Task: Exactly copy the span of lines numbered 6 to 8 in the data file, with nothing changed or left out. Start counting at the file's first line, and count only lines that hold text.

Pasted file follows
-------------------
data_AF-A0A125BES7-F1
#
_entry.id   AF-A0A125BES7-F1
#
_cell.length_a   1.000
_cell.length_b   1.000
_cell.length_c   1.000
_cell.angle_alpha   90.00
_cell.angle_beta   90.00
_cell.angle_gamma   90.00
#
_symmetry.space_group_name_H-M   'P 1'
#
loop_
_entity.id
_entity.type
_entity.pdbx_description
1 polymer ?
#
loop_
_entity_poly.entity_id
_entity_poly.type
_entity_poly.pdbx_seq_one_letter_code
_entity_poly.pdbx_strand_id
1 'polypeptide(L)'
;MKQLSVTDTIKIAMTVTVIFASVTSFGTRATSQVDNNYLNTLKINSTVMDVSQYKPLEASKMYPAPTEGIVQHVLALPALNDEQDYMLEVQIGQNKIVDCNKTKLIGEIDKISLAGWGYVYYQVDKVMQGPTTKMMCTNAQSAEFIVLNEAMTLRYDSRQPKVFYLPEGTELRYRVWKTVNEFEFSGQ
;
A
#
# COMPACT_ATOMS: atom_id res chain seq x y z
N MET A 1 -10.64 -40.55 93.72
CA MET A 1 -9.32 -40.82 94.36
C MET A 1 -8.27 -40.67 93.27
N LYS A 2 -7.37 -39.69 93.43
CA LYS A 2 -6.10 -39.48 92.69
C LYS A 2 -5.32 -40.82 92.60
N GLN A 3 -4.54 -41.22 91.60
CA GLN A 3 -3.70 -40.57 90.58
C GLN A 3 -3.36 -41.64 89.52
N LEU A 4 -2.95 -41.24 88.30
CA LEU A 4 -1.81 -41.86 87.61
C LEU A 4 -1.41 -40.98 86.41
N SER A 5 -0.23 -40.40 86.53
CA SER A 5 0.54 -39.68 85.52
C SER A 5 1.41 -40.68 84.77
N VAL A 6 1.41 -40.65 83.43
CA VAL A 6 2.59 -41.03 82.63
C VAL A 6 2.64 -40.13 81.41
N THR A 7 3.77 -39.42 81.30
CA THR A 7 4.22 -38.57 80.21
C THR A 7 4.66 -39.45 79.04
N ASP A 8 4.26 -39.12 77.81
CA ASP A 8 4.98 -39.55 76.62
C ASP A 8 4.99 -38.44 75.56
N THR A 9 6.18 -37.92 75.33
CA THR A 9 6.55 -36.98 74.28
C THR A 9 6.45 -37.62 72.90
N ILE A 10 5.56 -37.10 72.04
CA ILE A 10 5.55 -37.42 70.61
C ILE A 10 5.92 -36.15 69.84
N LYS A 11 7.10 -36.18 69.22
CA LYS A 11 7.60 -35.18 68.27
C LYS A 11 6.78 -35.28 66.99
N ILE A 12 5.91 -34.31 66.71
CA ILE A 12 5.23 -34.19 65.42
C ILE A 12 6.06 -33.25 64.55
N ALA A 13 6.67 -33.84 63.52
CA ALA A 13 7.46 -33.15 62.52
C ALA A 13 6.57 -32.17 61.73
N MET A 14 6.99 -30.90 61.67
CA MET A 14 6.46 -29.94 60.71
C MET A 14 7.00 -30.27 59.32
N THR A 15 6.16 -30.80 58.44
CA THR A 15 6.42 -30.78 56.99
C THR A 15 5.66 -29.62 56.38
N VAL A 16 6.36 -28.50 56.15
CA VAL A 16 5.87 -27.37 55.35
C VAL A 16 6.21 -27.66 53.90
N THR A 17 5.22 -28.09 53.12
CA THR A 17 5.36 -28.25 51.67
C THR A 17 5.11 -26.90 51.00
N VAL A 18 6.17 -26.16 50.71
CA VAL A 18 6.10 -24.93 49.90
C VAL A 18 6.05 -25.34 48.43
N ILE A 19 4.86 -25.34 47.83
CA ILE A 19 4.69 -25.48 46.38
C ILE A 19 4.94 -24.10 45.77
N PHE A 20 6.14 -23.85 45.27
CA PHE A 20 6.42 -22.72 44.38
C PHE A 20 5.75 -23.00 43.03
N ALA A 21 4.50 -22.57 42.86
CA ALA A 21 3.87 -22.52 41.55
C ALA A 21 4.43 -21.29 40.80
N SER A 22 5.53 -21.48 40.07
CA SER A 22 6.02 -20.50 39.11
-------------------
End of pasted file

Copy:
_cell.length_b   1.000
_cell.length_c   1.000
_cell.angle_alpha   90.00